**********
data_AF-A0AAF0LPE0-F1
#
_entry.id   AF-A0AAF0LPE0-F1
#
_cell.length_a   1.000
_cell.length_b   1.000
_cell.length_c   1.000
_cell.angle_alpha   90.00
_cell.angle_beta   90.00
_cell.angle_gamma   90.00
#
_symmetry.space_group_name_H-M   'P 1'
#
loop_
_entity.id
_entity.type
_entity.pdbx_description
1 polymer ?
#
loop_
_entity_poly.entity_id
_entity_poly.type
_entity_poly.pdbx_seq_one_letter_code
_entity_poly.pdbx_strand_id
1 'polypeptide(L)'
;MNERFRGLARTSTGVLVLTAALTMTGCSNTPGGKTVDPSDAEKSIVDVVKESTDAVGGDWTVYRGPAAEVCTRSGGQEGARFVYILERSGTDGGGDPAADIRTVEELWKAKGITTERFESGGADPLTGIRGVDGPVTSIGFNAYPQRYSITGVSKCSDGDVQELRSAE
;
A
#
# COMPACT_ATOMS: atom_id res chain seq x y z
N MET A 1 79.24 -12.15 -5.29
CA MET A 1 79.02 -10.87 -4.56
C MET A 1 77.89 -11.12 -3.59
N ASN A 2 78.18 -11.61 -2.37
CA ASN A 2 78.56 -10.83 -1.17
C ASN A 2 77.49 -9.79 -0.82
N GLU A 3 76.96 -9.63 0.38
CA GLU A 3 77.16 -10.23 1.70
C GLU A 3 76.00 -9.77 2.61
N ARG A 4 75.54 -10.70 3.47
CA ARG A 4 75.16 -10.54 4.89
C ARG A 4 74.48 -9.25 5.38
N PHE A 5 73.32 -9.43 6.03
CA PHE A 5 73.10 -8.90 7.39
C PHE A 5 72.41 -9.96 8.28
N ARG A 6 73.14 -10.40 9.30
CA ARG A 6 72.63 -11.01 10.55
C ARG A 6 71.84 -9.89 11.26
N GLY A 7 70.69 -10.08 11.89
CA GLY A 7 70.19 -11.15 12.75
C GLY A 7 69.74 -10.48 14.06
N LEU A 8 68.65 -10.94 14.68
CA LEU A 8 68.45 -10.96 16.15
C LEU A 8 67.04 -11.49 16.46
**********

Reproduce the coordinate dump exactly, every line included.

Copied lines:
data_AF-A0AAF0LPE0-F1
#
_entry.id   AF-A0AAF0LPE0-F1
#
_cell.length_a   1.000
_cell.length_b   1.000
_cell.length_c   1.000
_cell.angle_alpha   90.00
_cell.angle_beta   90.00
_cell.angle_gamma   90.00
#
_symmetry.space_group_name_H-M   'P 1'
#
loop_
_entity.id
_entity.type
_entity.pdbx_description
1 polymer ?
#
loop_
_entity_poly.entity_id
_entity_poly.type
_entity_poly.pdbx_seq_one_letter_code
_entity_poly.pdbx_strand_id
1 'polypeptide(L)'
;MNERFRGLARTSTGVLVLTAALTMTGCSNTPGGKTVDPSDAEKSIVDVVKESTDAVGGDWTVYRGPAAEVCTRSGGQEGARFVYILERSGTDGGGDPAADIRTVEELWKAKGITTERFESGGADPLTGIRGVDGPVTSIGFNAYPQRYSITGVSKCSDGDVQELRSAE
;
A
#
# COMPACT_ATOMS: atom_id res chain seq x y z
N MET A 1 79.24 -12.15 -5.29
CA MET A 1 79.02 -10.87 -4.56
C MET A 1 77.89 -11.12 -3.59
N ASN A 2 78.18 -11.61 -2.37
CA ASN A 2 78.56 -10.83 -1.17
C ASN A 2 77.49 -9.79 -0.82
N GLU A 3 76.96 -9.63 0.38
CA GLU A 3 77.16 -10.23 1.70
C GLU A 3 76.00 -9.77 2.61
N ARG A 4 75.54 -10.70 3.47
CA ARG A 4 75.16 -10.54 4.89
C ARG A 4 74.48 -9.25 5.38
N PHE A 5 73.32 -9.43 6.03
CA PHE A 5 73.10 -8.90 7.39
C PHE A 5 72.41 -9.96 8.28
N ARG A 6 73.14 -10.40 9.30
CA ARG A 6 72.63 -11.01 10.55
C ARG A 6 71.84 -9.89 11.26
N GLY A 7 70.69 -10.08 11.89
CA GLY A 7 70.19 -11.15 12.75
C GLY A 7 69.74 -10.48 14.06
N LEU A 8 68.65 -10.94 14.68
CA LEU A 8 68.45 -10.96 16.15
C LEU A 8 67.04 -11.49 16.46